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Iridotomies on eyes with uveitis: indications and technique
  1. Gary N Holland1,
  2. Keith Barton2
  1. 1UCLA Stein Eye Institute, Los Angeles, California, USA
  2. 2Moorfields Eye Hospital, London, UK
  1. Correspondence to Dr Gary N Holland, UCLA Stein Eye Institute, 100 Stein Plaza, Los Angeles, CA 90095-7000, USA; uveitis{at}jsei.ucla.edu

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Posterior synechiae are common complications of anterior uveitis, and can result in pupillary seclusion, iris bombé and angle-closure. In this issue of the journal, Betts and associates1 describe their experience in managing such patients. Despite the limitations of a non-randomised, retrospective study, their results support the assumption of many uveitis and glaucoma experts that patients with uveitis whose disease is complicated by iris bombé from extensive posterior synechiae should have surgical iridectomies rather than laser iridotomies. The authors’ patients who were managed surgically had a markedly lower risk of treatment failure. Why the difference in outcomes? Laser iridotomies may stimulate more inflammation than surgical iridectomies, causing an outpouring of fibrin from the laser iridotomy site, which will eventually close the small, irregular opening. In contrast, surgical iridectomies are larger; with sharp, well-defined edges; and they tend to be more peripheral, all factors reducing the risk that the opening will scar closed.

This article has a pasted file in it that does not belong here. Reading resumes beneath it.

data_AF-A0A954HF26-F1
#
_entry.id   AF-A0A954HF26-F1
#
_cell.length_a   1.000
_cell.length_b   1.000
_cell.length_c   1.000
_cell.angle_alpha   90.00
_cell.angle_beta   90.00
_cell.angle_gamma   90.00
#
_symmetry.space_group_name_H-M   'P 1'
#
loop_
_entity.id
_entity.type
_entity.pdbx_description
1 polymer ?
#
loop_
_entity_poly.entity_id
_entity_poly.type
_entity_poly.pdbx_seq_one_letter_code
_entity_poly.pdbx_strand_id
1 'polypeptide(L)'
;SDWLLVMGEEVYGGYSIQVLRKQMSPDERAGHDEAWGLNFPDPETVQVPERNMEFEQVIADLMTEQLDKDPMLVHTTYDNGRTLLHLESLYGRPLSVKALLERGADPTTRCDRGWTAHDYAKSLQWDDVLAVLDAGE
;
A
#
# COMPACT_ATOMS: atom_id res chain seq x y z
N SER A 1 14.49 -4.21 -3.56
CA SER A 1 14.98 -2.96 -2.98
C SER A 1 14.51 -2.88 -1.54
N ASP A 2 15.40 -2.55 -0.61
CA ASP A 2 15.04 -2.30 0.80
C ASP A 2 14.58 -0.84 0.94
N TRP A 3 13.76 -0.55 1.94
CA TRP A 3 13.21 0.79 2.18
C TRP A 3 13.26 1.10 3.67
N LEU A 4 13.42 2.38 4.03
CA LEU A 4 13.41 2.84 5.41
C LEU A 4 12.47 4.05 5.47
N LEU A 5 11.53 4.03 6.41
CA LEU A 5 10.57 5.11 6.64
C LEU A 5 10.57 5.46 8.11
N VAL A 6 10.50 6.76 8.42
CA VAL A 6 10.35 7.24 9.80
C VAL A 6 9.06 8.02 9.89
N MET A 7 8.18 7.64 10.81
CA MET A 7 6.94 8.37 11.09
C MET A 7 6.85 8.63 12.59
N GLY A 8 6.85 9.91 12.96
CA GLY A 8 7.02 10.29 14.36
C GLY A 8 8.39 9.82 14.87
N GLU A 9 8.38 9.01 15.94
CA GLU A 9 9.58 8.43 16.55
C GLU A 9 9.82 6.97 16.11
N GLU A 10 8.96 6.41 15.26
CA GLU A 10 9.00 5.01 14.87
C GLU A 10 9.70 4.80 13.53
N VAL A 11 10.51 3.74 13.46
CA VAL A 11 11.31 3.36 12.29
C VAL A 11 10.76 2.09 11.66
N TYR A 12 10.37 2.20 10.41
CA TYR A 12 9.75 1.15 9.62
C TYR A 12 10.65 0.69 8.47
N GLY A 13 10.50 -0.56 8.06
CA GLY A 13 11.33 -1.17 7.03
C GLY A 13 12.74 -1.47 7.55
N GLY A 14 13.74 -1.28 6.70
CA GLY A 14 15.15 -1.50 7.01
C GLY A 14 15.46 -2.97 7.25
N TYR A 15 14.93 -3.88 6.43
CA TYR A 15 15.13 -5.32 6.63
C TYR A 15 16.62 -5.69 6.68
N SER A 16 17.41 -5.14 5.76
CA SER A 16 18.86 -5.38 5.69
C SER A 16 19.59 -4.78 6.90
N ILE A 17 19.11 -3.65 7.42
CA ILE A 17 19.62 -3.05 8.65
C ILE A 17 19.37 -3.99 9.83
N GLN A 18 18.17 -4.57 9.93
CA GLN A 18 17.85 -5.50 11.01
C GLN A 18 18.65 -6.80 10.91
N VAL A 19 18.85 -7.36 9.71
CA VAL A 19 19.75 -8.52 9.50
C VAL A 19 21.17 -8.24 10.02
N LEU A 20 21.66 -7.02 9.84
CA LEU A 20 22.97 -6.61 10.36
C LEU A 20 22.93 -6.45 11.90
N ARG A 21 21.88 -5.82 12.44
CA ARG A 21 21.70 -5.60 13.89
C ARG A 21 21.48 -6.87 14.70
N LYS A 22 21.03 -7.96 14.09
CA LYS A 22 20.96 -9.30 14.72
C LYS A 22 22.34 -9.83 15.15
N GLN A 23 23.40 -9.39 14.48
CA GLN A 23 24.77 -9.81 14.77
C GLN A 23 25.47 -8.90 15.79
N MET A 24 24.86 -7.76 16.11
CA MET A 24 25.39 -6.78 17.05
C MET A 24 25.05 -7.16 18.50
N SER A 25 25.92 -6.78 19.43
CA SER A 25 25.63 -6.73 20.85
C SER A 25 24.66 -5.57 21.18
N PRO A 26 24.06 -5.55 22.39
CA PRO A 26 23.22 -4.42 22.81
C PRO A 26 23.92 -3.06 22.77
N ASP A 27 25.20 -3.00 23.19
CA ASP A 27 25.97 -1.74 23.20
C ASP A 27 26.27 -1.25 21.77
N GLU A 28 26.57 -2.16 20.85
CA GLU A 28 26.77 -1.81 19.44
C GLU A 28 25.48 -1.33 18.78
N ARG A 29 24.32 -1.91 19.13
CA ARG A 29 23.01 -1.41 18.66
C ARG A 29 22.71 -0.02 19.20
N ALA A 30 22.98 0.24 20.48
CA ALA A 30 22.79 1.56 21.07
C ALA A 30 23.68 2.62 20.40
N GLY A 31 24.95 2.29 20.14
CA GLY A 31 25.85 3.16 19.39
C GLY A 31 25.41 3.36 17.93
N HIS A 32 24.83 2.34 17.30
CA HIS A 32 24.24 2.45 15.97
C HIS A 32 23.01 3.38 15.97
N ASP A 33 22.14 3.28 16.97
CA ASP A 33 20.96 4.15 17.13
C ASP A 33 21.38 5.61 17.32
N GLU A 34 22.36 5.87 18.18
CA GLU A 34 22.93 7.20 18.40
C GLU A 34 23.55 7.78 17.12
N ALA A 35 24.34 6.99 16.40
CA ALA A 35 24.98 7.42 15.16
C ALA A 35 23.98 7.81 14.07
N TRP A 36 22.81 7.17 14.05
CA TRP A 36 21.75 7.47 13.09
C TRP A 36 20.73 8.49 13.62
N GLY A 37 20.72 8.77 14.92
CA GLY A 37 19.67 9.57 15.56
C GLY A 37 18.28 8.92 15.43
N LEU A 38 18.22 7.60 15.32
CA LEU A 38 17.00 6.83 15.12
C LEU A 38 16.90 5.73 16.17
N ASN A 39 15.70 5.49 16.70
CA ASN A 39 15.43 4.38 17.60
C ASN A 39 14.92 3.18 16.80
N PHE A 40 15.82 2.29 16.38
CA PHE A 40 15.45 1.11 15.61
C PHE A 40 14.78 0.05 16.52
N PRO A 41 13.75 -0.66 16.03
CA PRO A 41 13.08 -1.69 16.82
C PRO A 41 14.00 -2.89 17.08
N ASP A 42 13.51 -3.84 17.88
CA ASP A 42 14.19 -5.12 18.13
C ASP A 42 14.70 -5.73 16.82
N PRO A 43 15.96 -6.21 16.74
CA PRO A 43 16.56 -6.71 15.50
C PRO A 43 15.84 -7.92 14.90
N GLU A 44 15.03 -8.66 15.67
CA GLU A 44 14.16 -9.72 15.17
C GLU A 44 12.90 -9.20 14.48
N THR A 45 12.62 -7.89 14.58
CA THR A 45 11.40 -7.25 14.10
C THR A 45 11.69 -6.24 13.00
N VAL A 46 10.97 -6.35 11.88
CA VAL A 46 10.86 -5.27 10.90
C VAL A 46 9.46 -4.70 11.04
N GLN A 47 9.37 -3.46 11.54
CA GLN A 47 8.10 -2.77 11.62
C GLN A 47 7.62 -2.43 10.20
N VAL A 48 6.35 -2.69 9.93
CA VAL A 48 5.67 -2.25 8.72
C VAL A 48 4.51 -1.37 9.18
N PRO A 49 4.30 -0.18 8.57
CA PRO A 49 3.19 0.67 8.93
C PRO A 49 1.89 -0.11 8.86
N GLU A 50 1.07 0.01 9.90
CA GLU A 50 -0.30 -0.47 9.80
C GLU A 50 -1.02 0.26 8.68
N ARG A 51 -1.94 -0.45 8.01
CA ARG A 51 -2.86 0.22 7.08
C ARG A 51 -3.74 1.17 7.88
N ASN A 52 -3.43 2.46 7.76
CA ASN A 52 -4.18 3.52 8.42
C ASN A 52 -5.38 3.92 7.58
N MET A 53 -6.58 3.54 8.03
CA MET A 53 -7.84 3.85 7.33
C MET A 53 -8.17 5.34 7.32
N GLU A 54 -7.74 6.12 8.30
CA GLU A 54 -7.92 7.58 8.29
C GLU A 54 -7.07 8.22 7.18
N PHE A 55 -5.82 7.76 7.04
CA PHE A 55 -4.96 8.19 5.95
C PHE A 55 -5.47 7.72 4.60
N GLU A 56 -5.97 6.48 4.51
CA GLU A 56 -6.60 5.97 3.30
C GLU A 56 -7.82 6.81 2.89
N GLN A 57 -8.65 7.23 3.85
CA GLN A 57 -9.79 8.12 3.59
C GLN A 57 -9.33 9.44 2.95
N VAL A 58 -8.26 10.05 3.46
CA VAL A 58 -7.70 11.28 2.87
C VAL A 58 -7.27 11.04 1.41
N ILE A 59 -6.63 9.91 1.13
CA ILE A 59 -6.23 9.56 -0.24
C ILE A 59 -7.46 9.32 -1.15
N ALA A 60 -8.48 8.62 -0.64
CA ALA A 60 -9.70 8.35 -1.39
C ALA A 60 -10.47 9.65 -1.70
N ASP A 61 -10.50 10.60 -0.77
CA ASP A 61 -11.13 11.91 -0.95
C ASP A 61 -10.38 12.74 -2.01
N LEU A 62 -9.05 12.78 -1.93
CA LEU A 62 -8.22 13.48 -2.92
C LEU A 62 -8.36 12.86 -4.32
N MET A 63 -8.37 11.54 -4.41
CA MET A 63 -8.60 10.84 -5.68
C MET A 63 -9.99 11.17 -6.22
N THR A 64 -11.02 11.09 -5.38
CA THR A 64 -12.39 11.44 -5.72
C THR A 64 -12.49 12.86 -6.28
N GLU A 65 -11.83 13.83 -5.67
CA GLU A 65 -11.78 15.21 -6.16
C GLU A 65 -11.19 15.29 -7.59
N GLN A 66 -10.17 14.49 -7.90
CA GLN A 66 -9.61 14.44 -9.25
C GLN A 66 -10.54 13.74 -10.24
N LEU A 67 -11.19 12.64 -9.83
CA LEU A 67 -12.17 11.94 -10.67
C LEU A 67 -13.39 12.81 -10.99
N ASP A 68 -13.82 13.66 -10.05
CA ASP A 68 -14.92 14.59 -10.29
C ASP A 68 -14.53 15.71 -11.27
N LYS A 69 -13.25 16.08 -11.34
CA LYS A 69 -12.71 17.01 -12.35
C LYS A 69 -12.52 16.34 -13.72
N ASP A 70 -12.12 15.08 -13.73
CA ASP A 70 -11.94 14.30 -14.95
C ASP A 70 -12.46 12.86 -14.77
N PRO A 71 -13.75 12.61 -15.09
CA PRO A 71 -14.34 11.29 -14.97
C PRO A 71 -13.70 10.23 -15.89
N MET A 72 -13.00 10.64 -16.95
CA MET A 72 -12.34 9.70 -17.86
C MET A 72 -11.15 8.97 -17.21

Inflammation at the time of the iris procedure was not identified as a significant risk factor for failure in the current authors’ series, …

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